The Resource [Letter to] My dear friend

[Letter to] My dear friend

Label
[Letter to] My dear friend
Title
[Letter to] My dear friend
Creator
Contributor
Recipient
Subject
Genre
Language
eng
Member of
Cataloging source
BRL
http://library.link/vocab/creatorDate
1805-1872
http://library.link/vocab/creatorName
Webb, Richard Davis
Index
no index present
Literary form
letters
Nature of contents
dictionaries
http://library.link/vocab/relatedWorkOrContributorDate
1812-1890
http://library.link/vocab/relatedWorkOrContributorName
Weston, Anne Warren
http://library.link/vocab/subjectName
  • Weston, Anne Warren
  • Webb, Richard Davis
  • Chapman, Maria Weston
  • Estlin, J. B.
  • Pennington, James W. C
  • Thompson, Debora
  • Thompson, George
  • Waring, Maria
  • Webb, Hannah
  • Wigham, Eliza
  • Vigilance committees
  • Abolitionists
  • Abolitionists
  • Abolitionists
  • Anti-slavery fairs
  • Society of Friends
  • Antislavery movements
  • Women abolitionists
Label
[Letter to] My dear friend
Link
https://archive.org/details/lettertomydearfr00webb52
Instantiates
Publication
Note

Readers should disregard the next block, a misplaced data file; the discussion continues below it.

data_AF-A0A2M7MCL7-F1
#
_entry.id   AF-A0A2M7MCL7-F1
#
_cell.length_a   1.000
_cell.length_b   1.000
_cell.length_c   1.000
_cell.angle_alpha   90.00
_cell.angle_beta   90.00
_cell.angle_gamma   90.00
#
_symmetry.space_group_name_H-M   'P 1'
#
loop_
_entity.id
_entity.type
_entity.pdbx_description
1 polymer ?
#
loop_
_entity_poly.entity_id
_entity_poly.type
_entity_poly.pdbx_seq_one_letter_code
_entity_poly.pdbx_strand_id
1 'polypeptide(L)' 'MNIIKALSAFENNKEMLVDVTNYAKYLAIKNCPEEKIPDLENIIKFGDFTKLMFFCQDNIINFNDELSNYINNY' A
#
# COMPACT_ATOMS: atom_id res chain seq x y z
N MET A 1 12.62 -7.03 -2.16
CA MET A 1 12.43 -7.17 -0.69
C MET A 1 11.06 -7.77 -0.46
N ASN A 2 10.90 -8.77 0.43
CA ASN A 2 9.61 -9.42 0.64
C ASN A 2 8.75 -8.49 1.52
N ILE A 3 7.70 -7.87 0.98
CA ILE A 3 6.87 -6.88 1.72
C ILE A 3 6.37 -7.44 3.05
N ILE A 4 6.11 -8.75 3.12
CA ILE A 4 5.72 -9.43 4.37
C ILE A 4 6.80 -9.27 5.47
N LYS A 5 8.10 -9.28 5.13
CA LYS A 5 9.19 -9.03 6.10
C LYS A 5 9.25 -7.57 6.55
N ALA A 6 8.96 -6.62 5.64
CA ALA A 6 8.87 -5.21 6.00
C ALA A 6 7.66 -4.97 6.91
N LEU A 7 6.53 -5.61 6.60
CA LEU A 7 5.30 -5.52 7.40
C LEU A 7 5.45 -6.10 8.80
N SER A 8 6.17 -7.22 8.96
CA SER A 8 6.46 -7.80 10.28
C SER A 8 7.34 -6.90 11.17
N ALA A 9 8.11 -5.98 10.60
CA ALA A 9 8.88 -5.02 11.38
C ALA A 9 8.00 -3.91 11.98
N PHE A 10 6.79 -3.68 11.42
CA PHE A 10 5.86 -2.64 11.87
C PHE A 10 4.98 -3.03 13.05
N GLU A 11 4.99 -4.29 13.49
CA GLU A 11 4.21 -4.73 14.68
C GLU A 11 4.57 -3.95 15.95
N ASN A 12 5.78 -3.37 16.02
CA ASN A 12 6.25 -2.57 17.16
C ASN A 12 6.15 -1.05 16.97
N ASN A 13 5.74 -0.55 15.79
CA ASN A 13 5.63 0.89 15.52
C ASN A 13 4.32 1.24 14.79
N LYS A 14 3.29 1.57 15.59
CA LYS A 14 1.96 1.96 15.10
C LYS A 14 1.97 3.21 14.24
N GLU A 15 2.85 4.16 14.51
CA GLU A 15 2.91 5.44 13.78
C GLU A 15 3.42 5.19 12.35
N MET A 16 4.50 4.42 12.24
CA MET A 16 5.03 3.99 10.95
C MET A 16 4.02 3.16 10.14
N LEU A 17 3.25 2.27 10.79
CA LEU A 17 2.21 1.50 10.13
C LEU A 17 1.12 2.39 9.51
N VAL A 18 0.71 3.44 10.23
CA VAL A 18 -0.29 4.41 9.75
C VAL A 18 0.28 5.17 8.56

• Holograph, signed
  • There are three manuscripts with the Call No. Ms.A.9.2 v.25, p.40. The first is letter by Richard Davis Webb to [Anne Warren Weston], dated Nov. 1, 1850. In comparing himself with Mr. John Bishop Estlin, Richard Davis Webb says that he never had college training and was brought up a Quaker. Webb wants to know how George Thompson will get on in America and is eager for an account of the meeting in Faneuil Hall patronized by Edmund Quincy's father. The anti-slavery fair contributions from Dublin will go in the box from Cork. If Mrs. Maria Weston Chapman could spend the next winter in England, there would be some chance of her exerting influence valuable to the cause. Webb read in the "British Friend" of the "rascally way the Quakers in Philadelphia behaved to two very orthodox brethren from London" who tried to hold a meeting to interest Friends in the emancipated West Indian slaves. Richard Davis Webb's sister, Debora Thompson, with her husband and six children may be in or near Boston. Mr. Thompson having failed in business, has migrated the family to America
  • There is another letter by Richard Davis Webb to Anne Warren Weston, [1850]. Richard D. Webb has received a letter from Caroline Weston, who wants him to tell Anne Warren Weston about the "explosion of zeal on the part of certain Glasgow ladies." Webb remarks that "such women as those of Glasgow are not to be reached by reason." He believes that the Rev. Mr. Pennington was at the bottom of the plan to divert money from the fair to the N.Y. Committee of Vigilance. Eliza Wigham fears that as a result of the circulation of the (Glasgow) letter, the Edinburgh Aid Society may send nothing to the bazaar this year. Webb comments on Scotch bigotry. The Estlins have gone to Switzerland with the Anne Warren Weston's "faction." Webb wishes he could join them. He was asked to write for the Liberty Bell. Webb praises his sister-in-law Mrs. Maria Waring and his wife Hannah Webb